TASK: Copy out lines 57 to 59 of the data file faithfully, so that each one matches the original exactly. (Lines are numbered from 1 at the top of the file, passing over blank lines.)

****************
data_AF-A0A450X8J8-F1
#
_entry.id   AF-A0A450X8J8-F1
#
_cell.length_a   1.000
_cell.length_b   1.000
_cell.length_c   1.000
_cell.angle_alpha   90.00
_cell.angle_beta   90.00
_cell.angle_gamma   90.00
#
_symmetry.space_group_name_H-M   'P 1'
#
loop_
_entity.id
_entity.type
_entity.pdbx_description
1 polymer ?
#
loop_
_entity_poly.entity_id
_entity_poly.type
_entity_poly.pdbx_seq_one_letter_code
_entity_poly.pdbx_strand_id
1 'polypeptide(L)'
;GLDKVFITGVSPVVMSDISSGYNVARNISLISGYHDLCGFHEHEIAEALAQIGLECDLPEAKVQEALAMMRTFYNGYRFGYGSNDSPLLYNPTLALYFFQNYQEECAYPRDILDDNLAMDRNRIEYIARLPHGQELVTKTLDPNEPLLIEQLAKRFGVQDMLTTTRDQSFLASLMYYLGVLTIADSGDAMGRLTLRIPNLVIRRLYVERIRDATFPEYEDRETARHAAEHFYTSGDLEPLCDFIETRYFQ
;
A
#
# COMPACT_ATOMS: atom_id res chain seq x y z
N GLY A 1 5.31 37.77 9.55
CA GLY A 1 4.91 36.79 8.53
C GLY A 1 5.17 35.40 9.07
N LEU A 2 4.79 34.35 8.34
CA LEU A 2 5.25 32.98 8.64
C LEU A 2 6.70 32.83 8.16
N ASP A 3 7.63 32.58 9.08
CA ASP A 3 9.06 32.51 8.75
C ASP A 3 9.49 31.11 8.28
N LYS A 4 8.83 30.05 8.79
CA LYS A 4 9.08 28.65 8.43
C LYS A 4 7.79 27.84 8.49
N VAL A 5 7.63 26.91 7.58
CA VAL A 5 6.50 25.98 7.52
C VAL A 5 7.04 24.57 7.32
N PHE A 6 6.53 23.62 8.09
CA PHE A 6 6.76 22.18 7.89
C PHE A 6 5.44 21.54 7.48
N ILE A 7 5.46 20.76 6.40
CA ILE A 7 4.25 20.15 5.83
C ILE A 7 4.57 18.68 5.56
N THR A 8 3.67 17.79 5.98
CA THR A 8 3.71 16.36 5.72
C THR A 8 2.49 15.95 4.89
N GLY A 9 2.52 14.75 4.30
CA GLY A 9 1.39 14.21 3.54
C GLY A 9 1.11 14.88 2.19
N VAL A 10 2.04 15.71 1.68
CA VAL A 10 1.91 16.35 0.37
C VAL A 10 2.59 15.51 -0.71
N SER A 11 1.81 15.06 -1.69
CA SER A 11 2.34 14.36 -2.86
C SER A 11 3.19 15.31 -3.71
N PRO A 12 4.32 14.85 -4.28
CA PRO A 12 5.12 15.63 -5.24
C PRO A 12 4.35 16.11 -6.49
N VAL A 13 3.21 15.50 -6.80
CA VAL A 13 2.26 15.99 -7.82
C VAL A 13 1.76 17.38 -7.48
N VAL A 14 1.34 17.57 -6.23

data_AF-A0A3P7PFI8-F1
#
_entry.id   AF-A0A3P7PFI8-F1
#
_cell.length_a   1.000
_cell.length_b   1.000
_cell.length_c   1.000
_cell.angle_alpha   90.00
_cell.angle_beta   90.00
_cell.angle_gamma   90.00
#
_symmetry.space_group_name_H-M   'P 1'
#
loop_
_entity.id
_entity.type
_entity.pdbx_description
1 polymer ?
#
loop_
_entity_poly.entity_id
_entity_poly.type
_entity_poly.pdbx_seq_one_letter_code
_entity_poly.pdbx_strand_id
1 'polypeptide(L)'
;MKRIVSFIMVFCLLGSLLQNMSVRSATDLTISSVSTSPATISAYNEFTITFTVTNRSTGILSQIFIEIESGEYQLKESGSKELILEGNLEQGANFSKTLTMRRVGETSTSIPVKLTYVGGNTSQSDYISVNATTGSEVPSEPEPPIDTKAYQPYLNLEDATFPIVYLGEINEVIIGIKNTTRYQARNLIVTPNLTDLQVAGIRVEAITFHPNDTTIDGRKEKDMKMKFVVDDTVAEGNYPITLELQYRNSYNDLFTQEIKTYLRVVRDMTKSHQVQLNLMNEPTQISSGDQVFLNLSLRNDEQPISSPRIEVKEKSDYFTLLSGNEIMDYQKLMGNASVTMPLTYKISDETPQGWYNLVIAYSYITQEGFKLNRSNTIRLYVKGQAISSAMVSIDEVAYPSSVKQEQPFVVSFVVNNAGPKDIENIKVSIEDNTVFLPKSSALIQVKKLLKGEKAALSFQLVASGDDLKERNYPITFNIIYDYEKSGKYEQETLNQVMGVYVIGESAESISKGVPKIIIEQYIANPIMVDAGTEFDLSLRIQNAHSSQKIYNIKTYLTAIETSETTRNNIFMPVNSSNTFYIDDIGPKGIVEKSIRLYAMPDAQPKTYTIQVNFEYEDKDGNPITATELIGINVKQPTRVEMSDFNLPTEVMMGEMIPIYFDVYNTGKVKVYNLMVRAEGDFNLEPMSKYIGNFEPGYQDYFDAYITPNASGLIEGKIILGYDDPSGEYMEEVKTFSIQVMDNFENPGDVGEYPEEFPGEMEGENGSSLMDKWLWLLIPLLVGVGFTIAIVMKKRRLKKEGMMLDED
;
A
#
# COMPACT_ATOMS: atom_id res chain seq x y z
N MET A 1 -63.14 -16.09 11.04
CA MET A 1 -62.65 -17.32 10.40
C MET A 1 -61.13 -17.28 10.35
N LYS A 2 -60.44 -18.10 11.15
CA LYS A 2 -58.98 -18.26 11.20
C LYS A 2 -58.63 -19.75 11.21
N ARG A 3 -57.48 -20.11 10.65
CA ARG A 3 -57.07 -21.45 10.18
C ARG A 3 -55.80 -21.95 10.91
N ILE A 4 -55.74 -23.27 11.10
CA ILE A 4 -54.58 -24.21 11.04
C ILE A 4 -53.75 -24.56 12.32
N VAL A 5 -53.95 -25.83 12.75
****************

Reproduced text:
C GLY A 9 1.11 14.88 2.19
N VAL A 10 2.04 15.71 1.68
CA VAL A 10 1.91 16.35 0.37